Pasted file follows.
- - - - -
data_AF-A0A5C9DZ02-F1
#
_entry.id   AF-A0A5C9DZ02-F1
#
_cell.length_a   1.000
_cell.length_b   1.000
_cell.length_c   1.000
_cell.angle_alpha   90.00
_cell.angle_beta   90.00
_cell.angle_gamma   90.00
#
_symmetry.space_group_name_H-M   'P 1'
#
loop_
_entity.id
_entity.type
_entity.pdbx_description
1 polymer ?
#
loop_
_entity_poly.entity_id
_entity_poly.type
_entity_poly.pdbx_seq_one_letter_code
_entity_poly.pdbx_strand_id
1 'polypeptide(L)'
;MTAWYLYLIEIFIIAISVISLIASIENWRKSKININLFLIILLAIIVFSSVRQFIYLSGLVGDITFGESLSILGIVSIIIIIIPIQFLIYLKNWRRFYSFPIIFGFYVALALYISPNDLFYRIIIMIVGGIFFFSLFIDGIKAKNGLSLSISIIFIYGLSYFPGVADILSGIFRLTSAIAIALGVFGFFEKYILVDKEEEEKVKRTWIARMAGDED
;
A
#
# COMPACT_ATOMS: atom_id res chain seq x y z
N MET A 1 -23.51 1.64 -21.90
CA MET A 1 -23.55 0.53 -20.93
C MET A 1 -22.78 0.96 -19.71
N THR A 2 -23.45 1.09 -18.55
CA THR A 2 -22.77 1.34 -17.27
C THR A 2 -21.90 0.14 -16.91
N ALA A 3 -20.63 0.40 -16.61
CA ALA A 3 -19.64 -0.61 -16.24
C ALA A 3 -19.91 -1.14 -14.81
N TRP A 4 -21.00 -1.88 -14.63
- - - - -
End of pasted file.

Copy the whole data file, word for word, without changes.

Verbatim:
data_AF-A0A5C9DZ02-F1
#
_entry.id   AF-A0A5C9DZ02-F1
#
_cell.length_a   1.000
_cell.length_b   1.000
_cell.length_c   1.000
_cell.angle_alpha   90.00
_cell.angle_beta   90.00
_cell.angle_gamma   90.00
#
_symmetry.space_group_name_H-M   'P 1'
#
loop_
_entity.id
_entity.type
_entity.pdbx_description
1 polymer ?
#
loop_
_entity_poly.entity_id
_entity_poly.type
_entity_poly.pdbx_seq_one_letter_code
_entity_poly.pdbx_strand_id
1 'polypeptide(L)'
;MTAWYLYLIEIFIIAISVISLIASIENWRKSKININLFLIILLAIIVFSSVRQFIYLSGLVGDITFGESLSILGIVSIIIIIIPIQFLIYLKNWRRFYSFPIIFGFYVALALYISPNDLFYRIIIMIVGGIFFFSLFIDGIKAKNGLSLSISIIFIYGLSYFPGVADILSGIFRLTSAIAIALGVFGFFEKYILVDKEEEEKVKRTWIARMAGDED
;
A
#
# COMPACT_ATOMS: atom_id res chain seq x y z
N MET A 1 -23.51 1.64 -21.90
CA MET A 1 -23.55 0.53 -20.93
C MET A 1 -22.78 0.96 -19.71
N THR A 2 -23.45 1.09 -18.55
CA THR A 2 -22.77 1.34 -17.27
C THR A 2 -21.90 0.14 -16.91
N ALA A 3 -20.63 0.40 -16.61
CA ALA A 3 -19.64 -0.61 -16.24
C ALA A 3 -19.91 -1.14 -14.81
N TRP A 4 -21.00 -1.88 -14.63